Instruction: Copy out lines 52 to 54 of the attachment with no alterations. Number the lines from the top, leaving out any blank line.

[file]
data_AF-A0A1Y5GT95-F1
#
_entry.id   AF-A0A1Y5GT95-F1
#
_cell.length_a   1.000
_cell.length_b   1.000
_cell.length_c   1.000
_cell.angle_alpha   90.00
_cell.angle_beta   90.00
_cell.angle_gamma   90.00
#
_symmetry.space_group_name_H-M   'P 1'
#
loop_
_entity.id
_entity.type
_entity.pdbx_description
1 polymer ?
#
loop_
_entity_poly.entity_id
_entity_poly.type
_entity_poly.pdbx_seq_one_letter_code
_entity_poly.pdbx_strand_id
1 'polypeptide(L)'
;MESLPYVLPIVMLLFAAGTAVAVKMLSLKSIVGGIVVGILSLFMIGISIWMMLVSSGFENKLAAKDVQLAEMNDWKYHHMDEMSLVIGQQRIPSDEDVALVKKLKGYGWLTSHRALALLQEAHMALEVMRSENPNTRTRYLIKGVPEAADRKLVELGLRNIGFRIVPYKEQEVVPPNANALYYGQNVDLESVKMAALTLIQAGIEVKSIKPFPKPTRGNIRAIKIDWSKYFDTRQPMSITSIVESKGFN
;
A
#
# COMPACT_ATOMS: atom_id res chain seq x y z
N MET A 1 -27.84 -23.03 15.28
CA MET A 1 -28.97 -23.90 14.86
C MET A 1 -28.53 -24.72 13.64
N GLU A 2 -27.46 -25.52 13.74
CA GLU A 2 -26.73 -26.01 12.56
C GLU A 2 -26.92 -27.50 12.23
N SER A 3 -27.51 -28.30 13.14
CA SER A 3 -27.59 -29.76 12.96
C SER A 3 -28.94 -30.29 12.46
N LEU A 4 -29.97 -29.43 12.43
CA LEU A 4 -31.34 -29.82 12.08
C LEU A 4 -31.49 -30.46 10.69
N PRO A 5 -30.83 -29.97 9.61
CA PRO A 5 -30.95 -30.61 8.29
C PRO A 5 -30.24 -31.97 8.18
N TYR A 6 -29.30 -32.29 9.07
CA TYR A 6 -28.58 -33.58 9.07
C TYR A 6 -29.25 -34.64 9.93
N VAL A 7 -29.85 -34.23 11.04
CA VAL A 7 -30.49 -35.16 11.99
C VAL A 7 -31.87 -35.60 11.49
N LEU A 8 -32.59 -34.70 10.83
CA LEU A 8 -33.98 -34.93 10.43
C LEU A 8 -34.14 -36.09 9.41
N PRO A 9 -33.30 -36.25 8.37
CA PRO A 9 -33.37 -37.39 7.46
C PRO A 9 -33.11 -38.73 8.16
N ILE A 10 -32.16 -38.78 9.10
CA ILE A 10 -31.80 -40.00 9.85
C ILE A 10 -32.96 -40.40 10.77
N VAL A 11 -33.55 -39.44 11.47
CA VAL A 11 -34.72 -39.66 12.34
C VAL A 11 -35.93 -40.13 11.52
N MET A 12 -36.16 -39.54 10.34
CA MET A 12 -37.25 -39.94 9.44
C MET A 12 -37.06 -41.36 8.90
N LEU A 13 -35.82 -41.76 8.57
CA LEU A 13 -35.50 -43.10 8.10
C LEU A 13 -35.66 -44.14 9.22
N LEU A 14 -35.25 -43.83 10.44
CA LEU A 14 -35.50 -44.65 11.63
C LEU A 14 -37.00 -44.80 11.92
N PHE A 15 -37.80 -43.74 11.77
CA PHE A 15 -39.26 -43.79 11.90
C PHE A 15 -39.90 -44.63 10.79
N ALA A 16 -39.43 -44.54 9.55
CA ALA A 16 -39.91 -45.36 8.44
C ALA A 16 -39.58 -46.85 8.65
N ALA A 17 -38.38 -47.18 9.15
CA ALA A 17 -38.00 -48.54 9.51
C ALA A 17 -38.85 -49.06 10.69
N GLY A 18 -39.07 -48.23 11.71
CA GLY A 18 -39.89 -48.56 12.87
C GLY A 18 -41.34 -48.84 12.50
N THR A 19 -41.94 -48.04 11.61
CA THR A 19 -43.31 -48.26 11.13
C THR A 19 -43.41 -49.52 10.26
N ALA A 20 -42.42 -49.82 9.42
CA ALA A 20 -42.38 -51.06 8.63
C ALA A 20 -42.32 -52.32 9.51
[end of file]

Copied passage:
N LEU A 8 -32.59 -34.70 10.83
CA LEU A 8 -33.98 -34.93 10.43
C LEU A 8 -34.14 -36.09 9.41